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(c) 2014 Jon L Gelman, All Rights Reserved.

Thursday, May 2, 2013

Truckers Face Roadblocks for FMLA

Today's post comes from guest author Jon Rehm from Rehm, Bennett & Moore.

Can a trucker working for a large trucking company be excluded from the Family Medical Leave Act (FMLA)? The answer is possibly yes, but drivers who know the law may be able to preserve their rights.

The FMLA only covers employees that work within 75 miles of a company worksite that employs 50 or more people. Some trucking companies have tried to exclude their employees from the FMLA by getting creative with the definition of a "worksite." This issue has been litigated and the courts are clear about what constitutes a worksite.



In the case of Cobb v. Contract Transport, the U.S. Court of Appeals for the 6th Circuit, which covers Michigan, Ohio, Kentucky and Tennessee, gave its interpretation of the Department of Labor's regulations about the definition of a worksite. The court determined that a worksite (as defined by the FMLA) is a terminal that is owned and operated by the company. For example, if a driver reports to a truck stop but is dispatched out of company headquarters, a court that follows the Cobb decision would find the driver’s worksite to be company headquarters where the driver is dispatched. This would likely make the driver eligible for FMLA. You can read full text of the law the court cited here: 29 CFR § 825.111.

Of course, if a driver is dispatched out of a small satellite terminal, then a court could determine that the smaller facility is the true worksite and the employer may be able to exclude the driver from FMLA. The reason for this is that if a driver has to miss work for extended period of time, he or she may inconvenience the company if they would not have enough drivers dispatched out of that small terminal to cover all their routes.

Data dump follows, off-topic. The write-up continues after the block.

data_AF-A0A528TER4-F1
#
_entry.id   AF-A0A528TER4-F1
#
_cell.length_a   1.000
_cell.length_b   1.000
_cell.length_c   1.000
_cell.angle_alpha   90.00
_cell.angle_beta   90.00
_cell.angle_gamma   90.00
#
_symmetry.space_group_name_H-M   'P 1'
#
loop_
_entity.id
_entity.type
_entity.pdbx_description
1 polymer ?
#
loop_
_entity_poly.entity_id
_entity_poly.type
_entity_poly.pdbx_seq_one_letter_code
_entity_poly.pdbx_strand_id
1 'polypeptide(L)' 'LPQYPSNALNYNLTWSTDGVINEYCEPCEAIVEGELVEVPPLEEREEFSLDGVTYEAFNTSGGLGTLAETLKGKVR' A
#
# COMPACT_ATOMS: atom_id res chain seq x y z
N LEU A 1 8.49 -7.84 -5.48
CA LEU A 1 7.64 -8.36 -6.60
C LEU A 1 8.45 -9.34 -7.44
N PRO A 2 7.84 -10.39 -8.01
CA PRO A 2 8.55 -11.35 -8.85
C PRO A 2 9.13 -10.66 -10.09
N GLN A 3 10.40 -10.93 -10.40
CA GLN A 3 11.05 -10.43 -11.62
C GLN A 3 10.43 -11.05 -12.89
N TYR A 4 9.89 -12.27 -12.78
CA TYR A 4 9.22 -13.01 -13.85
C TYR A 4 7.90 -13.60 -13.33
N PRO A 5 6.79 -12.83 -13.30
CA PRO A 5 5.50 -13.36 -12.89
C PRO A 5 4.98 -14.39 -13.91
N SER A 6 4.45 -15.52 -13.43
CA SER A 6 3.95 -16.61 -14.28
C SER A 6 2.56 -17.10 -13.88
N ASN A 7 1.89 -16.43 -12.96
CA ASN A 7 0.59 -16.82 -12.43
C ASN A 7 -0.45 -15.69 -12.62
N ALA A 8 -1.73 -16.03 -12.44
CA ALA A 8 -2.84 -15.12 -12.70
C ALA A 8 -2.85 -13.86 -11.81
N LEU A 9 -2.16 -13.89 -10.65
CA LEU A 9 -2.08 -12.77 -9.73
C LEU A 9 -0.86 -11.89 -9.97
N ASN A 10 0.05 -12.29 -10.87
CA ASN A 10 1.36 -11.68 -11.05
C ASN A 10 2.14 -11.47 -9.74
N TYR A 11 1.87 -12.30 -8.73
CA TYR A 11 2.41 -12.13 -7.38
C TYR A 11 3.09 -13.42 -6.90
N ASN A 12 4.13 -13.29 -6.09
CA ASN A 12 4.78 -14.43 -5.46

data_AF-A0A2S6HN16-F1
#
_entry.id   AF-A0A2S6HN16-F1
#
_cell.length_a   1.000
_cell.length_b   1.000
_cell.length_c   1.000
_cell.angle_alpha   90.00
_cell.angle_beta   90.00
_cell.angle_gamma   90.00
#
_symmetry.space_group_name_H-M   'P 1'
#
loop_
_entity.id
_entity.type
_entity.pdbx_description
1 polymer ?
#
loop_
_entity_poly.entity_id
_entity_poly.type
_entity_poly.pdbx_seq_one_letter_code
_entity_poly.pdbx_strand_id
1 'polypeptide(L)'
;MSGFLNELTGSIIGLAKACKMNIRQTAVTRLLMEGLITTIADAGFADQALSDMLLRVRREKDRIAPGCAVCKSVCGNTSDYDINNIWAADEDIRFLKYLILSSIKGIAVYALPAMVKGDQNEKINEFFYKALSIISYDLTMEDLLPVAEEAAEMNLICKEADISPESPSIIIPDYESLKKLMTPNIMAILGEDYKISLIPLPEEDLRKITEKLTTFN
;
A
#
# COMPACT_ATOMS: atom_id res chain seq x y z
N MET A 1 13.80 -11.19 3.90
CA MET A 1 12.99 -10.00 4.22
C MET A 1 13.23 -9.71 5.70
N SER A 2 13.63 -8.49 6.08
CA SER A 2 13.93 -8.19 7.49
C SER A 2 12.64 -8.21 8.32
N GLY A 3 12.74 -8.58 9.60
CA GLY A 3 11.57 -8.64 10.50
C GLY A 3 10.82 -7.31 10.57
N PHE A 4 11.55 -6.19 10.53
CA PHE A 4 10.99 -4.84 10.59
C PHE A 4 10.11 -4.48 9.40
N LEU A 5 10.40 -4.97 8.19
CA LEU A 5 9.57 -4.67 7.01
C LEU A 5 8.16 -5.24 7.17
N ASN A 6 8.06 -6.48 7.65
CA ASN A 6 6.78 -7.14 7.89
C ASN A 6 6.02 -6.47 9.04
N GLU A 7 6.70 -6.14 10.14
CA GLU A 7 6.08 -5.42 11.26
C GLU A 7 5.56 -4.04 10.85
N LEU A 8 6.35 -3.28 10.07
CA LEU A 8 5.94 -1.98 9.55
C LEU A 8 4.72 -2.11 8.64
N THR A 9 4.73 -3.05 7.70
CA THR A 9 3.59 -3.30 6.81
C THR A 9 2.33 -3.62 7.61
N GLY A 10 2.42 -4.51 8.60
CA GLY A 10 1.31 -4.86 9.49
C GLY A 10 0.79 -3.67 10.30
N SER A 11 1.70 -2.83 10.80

Read more about "truckers" and workers' compensation:

Apr 08, 2013
Truckers are frequently entitled to benefits from multiple states for an injury. Each state sets rules for applying its workers' compensation laws. Virtually all states cover accidents that happen in that state. Many states allow ...
Dec 03, 2012
The National Institute for Occupational Safety and Health (NIOSH) has published a video to enchance trucker safety. The video, Move IT!, Covers rig move safety for truckers in the oil and gas fields. It helps make sense of the ...
Jun 21, 2012
Transportation injuries at work lead the list of industrial accidents and OSHA is now enforcing safety procedures to hopefully reduce trucking injuries. Historically the trucking and transportation industry has take a "hard line" .